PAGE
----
Monthly Archives: July 2011
A few days ago, I finally finished BioShock 2. It was a game I bought about a year ago when I saw what I thought was a very good deal on a special edition with a book full of beautiful concept art. I later learned that this ‘very good deal’ could be had everywhere, and that I could’ve bought it later for the same price. The game ended up at the end of a long queue of games. Luckily, playing it was, much like playing the first game, a very memorable experience. The novelty of Rapture had worn off a bit, but the grim atmosphere and sceneries where still there. The effect Rapture had on me is what inspired me to write the following.
Competitive Magic has found itself in an odd place this year. There are large events that take place almost every weekend. With the modern technology available, a large portion of these events are now being covered live. Typically even the ones that aren’t being covered by webcasts can be followed via twitter as the players in the event constantly post how they and others are doing and what they played. This brings a change to the way we play the game in constructed formats like Standard.
Gone are the days of only changing your deck when a new Set arrived. Instead of making changes every three months, players are now changing their lists on a week-to-week basis. The formats are being played heavily every single weekend in events much more competitive than the local FNM. Players are there to win, and will usually only bring decks that they are sure they can win with. But unlike a few years ago, when you would pick a deck and play it for a whole season, you now choose your weapon of choice based upon changes in the metagame.
I sit down for round one of the Legacy Open, one of the main events at the SCG Open in Cincinnati this weekend, and begin getting my stuff situated onto the table. I hear a voice speaking to me and I look up.”Awww, I wish I was playing against you.” This guy, whom is playing at the table to my left, is trying to talk to me. I give a funny look and respond, “Why?” He says, “‘Cuz you’re a good matchup for me.” I realize I haven’t even pulled my deck out of my deckbox yet. “How do you know what I’m playing?” I’m vey confused at this point and he says, “I don’t.” I don’t respond and carry on with getting prepared for the long day ahead of me. I have been to quite a few Magic Tounaments in my life, but to be quite honest, this is one of the first deroggatory comments I have had directed in my direction. The players at my local card shop have a lot of respect for me and my ability to sling cards, and I take a lot of pride in that. But, this kid, whom I have never met in my life, has just judged me for being female. Read the rest of this entry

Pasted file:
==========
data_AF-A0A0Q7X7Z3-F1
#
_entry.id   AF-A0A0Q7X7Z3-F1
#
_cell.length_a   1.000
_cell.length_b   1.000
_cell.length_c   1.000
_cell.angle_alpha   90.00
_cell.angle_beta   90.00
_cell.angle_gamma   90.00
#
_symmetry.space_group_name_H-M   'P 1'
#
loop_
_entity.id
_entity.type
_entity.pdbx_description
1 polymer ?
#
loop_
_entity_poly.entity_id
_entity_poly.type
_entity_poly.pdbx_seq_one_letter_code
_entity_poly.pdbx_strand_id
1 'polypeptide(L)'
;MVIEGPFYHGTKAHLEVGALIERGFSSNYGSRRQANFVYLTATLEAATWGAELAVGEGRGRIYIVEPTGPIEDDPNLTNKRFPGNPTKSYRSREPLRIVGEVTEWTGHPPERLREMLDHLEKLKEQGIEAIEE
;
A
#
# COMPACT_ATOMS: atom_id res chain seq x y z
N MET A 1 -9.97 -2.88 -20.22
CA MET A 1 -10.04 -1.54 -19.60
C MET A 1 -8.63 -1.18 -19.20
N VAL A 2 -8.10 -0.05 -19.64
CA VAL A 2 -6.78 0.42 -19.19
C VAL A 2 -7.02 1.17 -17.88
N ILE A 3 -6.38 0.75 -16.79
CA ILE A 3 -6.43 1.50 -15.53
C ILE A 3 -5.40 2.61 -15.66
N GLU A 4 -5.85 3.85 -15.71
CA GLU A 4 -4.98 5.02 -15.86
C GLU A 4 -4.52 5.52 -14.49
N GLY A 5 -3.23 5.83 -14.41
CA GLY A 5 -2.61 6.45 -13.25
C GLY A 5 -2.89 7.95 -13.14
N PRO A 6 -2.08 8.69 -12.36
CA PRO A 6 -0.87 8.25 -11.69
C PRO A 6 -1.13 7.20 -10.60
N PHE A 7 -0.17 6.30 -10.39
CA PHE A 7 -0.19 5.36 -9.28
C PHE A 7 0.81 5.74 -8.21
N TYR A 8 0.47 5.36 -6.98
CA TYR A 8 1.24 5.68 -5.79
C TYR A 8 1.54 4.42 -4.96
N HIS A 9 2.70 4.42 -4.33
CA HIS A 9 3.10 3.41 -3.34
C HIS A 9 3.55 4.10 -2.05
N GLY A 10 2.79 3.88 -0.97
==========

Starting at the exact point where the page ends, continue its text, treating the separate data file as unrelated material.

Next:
Let’s just jump right in it. I needed this weekend. Badly. After not cashing or getting anything greater than the normal 1 point for each event over the last 3 events or so I was getting behind, both financially and in my quest for Level 8 in the Starcitygames.com Open series. I had been playing good decks. I had been doing some amount of testing (definitely not enough), and I felt like I had a good grasp on the Meta. It hasn’t been a “Punt-fest,” but I have played some better Magic in my days. This weekend was exactly what I needed.
Coming into this weekend, I had a solid 3 weeks of grinding/traveling laid out in front of me. Seattle for the open, then Pittsburg for the open, and then Indy for GenCon/Nats. After my abysmal showing in the Invitational, Nagoya, Louisville and Cinci I was definitely questioning my drive. I’ve been given a great opportunity this year and I needed to snap out of the funk I was currently in. Read the rest of this entry